Katy Daley-Mclean is no stranger to big matches, she captained England to victory in a Women’s Rugby World Cup final after all, but the fly-half was wracked with nerves as her 100th international approached.
The absence of a June tour for the Red Roses meant that Daley-Mclean had been stuck on 99 caps since the end of the Women’s Six Nations in March.
In the eight months between England’s defeat of Ireland at the Ricoh Arena and the USA’s visit on 9 November, memories of an insipid performance on her 50th cap were never far from her mind.
On that day in Esher, Daley-Mclean missed several kicks as England were held to an 8-8 draw by New Zealand and as kick-off at Allianz Park edged ever closer, she vowed not to get sucked in by the emotion of the occasion again.
“Once the squad had been named and I kind of knew I’d be in line to get it, you know you have the nerves about just making sure you actually get to be on the pitch,” she said.
“Obviously I think for me, I knew that my 50th wasn’t the greatest game ever (and) you obviously want the big games to be great when you look back on them. So, it was those kind of nerves.”
Daley-Mclean was helped in north London by the presence of long-time friend and team-mate Sarah Hunter in the changing room and some “wise words” from England’s most-capped player, Rocky Clark.
“She (Clark) basically told me not to be rubbish,” she remembered, laughing, “and obviously to enjoy it.
“I think, as well, the kind of relationship us old girls have, we’ve been through a lot in the game. You can just appreciate that for what it is.
“It’s nice to have a bit of banter and actually just for the occasion for people to be really lovely about it, but also pretty real as well. It’s really nice.”
Nerves settled, Daley-Mclean led England out alongside her sister and niece and proceeded to mastermind a 57-5 victory, finishing the contest with 17 points as the USA struggled to cope with the early dismissal of Megan Rom.
Amid the immense pride that the Loughborough Lightning playmaker felt to join Clark, Hunter, Tamara Taylor and Amy Garnett in their exclusive club, there was a slight sense of relief that the wait was over.
“With the sport we play, you’re never guaranteed a cap for England, obviously, because you’re playing for your country and then there’s the whole factor of injury and everything else that goes with it,” she said.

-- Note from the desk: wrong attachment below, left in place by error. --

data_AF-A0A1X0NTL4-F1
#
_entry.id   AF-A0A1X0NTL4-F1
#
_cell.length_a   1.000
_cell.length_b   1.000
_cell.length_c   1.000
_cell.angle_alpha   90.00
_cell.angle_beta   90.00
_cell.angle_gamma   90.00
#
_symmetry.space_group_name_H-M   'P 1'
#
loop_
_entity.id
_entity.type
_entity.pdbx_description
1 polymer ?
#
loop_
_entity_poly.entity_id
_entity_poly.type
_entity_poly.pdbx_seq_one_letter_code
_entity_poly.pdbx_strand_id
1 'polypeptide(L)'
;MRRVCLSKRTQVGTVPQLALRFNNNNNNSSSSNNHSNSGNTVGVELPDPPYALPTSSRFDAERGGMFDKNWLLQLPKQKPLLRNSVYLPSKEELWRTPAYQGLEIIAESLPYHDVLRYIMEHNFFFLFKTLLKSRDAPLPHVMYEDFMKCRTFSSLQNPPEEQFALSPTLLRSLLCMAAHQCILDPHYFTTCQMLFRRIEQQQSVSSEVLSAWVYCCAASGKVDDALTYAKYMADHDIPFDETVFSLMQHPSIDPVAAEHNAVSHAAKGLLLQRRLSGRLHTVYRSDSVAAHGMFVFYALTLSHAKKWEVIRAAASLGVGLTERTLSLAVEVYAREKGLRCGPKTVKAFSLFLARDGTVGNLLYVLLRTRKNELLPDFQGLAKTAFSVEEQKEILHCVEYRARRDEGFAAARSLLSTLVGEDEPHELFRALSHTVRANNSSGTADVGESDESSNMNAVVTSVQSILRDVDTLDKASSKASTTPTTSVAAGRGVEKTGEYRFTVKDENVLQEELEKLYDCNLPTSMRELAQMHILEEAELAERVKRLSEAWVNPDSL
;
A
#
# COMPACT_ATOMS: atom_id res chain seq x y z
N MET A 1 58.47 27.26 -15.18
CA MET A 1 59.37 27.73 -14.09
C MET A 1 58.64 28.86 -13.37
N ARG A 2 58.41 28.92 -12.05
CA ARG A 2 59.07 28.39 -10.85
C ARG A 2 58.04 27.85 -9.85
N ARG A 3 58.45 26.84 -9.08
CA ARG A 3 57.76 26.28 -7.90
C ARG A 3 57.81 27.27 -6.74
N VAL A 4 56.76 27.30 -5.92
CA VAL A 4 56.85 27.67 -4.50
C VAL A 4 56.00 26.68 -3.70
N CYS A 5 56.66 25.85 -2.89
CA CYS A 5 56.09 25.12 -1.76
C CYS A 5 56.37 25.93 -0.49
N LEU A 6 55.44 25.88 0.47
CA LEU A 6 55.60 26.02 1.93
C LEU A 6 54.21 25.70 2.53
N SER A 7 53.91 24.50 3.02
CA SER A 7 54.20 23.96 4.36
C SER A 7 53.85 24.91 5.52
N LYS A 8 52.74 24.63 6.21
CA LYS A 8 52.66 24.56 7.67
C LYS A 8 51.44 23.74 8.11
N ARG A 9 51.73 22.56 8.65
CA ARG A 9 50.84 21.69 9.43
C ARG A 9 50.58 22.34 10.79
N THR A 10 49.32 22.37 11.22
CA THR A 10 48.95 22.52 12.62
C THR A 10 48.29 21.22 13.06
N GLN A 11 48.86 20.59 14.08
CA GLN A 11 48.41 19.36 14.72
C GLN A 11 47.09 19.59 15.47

“Definitely it did feel like a long wait and obviously to get off it and get to 100 was a massive relief but also just something that I’m really proud of.”
So, now Daley-Mclean has become a centurion is Clark’s tally of 137 England caps a target? “Not at all!” she said.
“Actually the hundred was never something I set out to try to achieve. I think when you start talking about numbers, I just want to play for England and I want to play for England as long as I’m good enough and as long as the coaches see value in me for the squad.
“I think that’s the beauty of it, it’s amazing to have got that but I don’t have any bigger grand numbers to get to.”
World Cup motivation
Daley-Mclean is still hungry to add to her international tally, though, and the possibility of playing a Women’s Rugby World Cup in New Zealand in 2021 has provided the 32-year-old with plenty of motivation.
“I went out there for the men’s World Cup in 2011 and that was phenomenal,” she said. “It will be over a longer period of time (due to schedule changes) but obviously that means the test will be tougher as well.
“And I just think the opportunity to go and play in New Zealand … going over there last summer is definitely up there as one of my favourite rugby memories, in terms of obviously going over there, the result was in our favour that day.
“But they live and breathe rugby and when you’re that passionate about a sport it really comes across with their fans and what they do to promote it.”
Despite helping England to a 29-21 victory against the Black Ferns in Rotorua in June 2017, Daley-Mclean knows she will have to continue to work hard to retain her place in Simon Middleton’s squad over the next three years.
Ellie Green and Zoe Harrison, 17 and 20 years old respectively, are two up-and-coming fly-halves name-checked by Daley-Mclean, although she is committed to playing for England “unless the call comes from Simon (Middleton) sooner to say ‘You’re done’.”
Something pretty special
It seems unlikely that conversation will be had any time soon, especially given full-time professional contracts are due to be awarded to the England women’s squad from 1 January.
Daley-Mclean has never seen rugby as a means to make money, but she is proud of the work that has been done during her time with the squad that has enabled this situation to unfold.
“When you’re in it you don’t really appreciate it,” she said. “But I’m sure once we all eventually retire and look back on it, it’s going to be something pretty special to think we put the game in a place that allowed full-time contracts to be possible.
“Ultimately for women’s sport in general, as a female athlete that’s all you can do. Keep working hard, keep making your brand of sport attractive and hope that actually the financial and all the other support will come.”
As she looks ahead to the future, Daley-Mclean is hopeful that more unions will follow suit. “Contracts are going to be massive but I also think you’ll hopefully see that happening across the board,” she said.
“It won’t just be England, France, New Zealand, Australia, you’re going to get more countries come in and offer that to their women.”
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